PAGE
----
Chesapeake Bay Mag, Oyster Farm Leader & Scientists Developing Synthetic Oyster Shell
There’s a concerning shortage of oyster shell available in the Chesapeake Bay, both for restoration projects and for the oyster-growing aquaculture harvest industry. Prices on shell are sky-high. With the help of a new Chesapeake Bay Trust-Oyster Alliance grant, an Eastern Shore oyster farm is researching a cost-effective synthetic shell that could change the game for aquaculture operations.
Oysters really aren't that that fussy about what they set on. I've seen them set on random rocks, concrete, fiberglass, even plastic. They seem attracted to the "biofilm" of algae and bacteria that form on hard substrate soaked in "living" sea water.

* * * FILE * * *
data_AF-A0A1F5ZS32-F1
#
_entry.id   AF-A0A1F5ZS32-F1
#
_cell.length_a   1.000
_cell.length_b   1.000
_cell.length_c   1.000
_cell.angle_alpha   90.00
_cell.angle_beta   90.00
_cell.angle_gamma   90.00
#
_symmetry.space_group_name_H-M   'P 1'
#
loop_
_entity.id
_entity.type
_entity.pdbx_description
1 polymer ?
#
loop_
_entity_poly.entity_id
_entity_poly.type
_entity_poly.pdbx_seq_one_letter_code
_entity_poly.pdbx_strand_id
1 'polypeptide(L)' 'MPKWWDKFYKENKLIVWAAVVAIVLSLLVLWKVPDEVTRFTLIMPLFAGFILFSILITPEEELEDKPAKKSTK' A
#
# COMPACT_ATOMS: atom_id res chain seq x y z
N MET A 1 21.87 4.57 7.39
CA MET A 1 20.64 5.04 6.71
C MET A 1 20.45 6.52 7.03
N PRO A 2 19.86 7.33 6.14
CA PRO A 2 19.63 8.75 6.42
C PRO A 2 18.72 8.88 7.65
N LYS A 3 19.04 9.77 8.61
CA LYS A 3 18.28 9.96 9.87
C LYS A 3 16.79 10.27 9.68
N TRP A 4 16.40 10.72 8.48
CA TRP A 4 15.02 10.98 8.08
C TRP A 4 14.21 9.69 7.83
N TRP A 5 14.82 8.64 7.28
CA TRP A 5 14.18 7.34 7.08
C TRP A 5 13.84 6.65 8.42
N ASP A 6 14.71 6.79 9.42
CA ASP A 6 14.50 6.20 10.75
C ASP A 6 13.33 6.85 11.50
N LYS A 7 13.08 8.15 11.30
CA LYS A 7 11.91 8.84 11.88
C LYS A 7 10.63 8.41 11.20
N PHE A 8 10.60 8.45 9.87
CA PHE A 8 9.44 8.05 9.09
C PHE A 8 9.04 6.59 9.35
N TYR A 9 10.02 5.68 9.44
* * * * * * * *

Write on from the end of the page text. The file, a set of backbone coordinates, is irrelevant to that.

If wes hadn't pulled almost all the oysters out the Bay, we'd have more shell to work with; but then, if you'd left more oysters there, you wouldn't need to plant shell for oysters.
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